10 May 2009

Bridge competition debris part 13: Liverpool Glass Bridge

In January 2004, at the start of Liverpool's Year of Faith, a competition was launched to design a "glass bridge".

The site was the city's Anglican Cathedral, Sir Giles Gilbert Scott's great edifice towering above the edge of St James' Cemetery, a former quarry which had been converted to a burial ground in 1829, and then into a public garden in 1972. In its present form, this artificial canyon acts as a 50-foot deep barrier, preventing access to the Cathedral's south face from nearby Hope Street.

Scott had himself proposed a bridge across the sunken quarry (pictured, right), but this traditionally styled arch viaduct was never started. Construction of the Cathedral had begun in 1904, but it was only formally declared complete in 1978, and the bridge was dropped from the plans as work progressed.

Proposals were again made for a bridge by students at Liverpool University in 1948, and published in the Architectural Review. Their scheme was for a far more modern reinforced concrete arch (pictured, left), but this was somewhat speculative and again, never realised.

The 2004 competition was organised by Dr Robert MacDonald, an architectural lecturer at Liverpool John Moores University. This again was somewhat speculative - there was no funding, and I gather that the Cathedral's support for the proposal was somewhat ambiguous. The hope was that a good idea might attract sufficient funding to become reality, particularly with Liverpool's status as European City of Culture on the horizon in 2008.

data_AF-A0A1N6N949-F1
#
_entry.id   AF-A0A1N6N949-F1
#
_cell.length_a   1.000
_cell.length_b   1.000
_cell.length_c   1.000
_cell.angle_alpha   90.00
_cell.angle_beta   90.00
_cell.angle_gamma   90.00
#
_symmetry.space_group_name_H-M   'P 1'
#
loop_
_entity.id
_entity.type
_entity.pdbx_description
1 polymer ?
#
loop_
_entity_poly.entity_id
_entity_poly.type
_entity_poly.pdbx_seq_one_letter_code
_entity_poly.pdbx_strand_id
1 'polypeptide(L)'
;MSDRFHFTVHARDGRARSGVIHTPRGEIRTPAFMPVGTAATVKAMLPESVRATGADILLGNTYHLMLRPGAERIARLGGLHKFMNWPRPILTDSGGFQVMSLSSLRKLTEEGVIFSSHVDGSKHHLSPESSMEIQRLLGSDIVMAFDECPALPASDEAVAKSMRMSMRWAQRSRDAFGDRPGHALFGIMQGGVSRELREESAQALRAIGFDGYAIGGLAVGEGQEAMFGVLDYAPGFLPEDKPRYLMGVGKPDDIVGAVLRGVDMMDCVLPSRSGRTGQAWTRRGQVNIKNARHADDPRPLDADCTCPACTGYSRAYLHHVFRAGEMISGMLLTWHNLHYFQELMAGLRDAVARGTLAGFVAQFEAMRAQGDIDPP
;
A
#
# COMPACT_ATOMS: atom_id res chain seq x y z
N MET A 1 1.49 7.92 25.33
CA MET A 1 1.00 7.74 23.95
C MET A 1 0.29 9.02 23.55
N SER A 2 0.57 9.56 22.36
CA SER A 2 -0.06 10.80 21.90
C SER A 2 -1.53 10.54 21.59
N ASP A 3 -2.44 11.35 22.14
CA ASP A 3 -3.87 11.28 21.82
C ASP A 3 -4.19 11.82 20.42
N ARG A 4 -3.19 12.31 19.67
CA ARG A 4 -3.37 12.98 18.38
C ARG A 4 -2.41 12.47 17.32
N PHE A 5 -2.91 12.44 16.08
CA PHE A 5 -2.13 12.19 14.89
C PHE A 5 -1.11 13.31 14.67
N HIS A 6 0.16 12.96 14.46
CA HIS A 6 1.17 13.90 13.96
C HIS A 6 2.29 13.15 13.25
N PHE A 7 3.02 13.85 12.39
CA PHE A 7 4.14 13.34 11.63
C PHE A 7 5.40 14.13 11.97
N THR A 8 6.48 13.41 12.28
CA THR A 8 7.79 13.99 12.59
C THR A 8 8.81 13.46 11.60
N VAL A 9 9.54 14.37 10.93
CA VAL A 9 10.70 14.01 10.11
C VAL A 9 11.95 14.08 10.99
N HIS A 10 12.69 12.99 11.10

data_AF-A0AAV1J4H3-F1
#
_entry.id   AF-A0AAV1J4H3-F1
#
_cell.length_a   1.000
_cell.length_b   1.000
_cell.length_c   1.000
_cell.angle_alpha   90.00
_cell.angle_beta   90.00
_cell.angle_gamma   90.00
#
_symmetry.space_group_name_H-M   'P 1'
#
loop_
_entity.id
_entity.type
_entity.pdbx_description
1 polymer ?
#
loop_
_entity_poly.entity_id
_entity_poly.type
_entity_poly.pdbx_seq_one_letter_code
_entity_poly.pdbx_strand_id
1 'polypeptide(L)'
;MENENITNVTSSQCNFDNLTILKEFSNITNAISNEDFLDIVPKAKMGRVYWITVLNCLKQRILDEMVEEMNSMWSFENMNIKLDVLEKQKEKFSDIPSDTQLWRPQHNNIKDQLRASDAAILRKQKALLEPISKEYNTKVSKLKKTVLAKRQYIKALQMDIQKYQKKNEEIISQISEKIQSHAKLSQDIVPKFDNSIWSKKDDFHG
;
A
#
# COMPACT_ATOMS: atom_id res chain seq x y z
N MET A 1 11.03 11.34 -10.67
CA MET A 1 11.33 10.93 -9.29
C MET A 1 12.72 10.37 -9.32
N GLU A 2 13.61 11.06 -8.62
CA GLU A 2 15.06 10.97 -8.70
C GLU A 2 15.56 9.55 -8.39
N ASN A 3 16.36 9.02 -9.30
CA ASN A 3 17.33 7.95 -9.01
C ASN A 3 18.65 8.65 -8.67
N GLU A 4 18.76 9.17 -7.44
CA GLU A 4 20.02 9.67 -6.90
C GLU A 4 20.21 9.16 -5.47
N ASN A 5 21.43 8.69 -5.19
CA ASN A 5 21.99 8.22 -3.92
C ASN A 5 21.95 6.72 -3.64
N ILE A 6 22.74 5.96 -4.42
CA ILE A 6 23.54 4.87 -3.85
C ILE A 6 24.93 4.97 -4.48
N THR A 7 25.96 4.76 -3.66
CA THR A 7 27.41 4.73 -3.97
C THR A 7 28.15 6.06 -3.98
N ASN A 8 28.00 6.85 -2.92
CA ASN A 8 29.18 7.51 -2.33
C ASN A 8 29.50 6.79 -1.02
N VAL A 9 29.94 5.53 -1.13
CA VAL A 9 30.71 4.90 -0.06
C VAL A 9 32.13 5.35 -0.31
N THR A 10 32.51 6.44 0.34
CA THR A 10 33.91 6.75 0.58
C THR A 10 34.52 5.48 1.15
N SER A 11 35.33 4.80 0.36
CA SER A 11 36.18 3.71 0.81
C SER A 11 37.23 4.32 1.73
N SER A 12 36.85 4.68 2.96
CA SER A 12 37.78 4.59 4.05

The open competition was announced in Building Design magazine, and 23 entries were received. A shortlist was drawn up, and the winner eventually announced in June 2005 as Buro Happold with Hakes Associates. However, the project never did secure funding, and the bridge remains unbuilt.

There are many bridge design competitions which stand on similarly shaky foundations - in recent years, RIBA's River Douglas contest comes to mind as another case where considerable creativity was devoted to a scheme which had no committed funding behind it. Like the RIBA contest, the Liverpool competition attracted a wide variety of entrants, from the seasoned professionals to students, many from people with little understanding of basic structural engineering. Nonetheless, the "glass theme" and the challenging site led to several very interesting designs.

As ever, links are only provided to a competitor if they have a website with more information. Click on the thumbnail images for full-size versions. All images have been provided courtesy of Rob MacDonald but are the copyright of the original competitors. Contestants are invited to get in touch if they want an image removed or can identify the one or two images where I couldn't identify the entrant.


Buro Happold / Hakes Associates

Julian Penni

Carl Thompson Associates


Ken Martin

DJR Architects


Alison Coleman

"Angel Rising" (designer not known)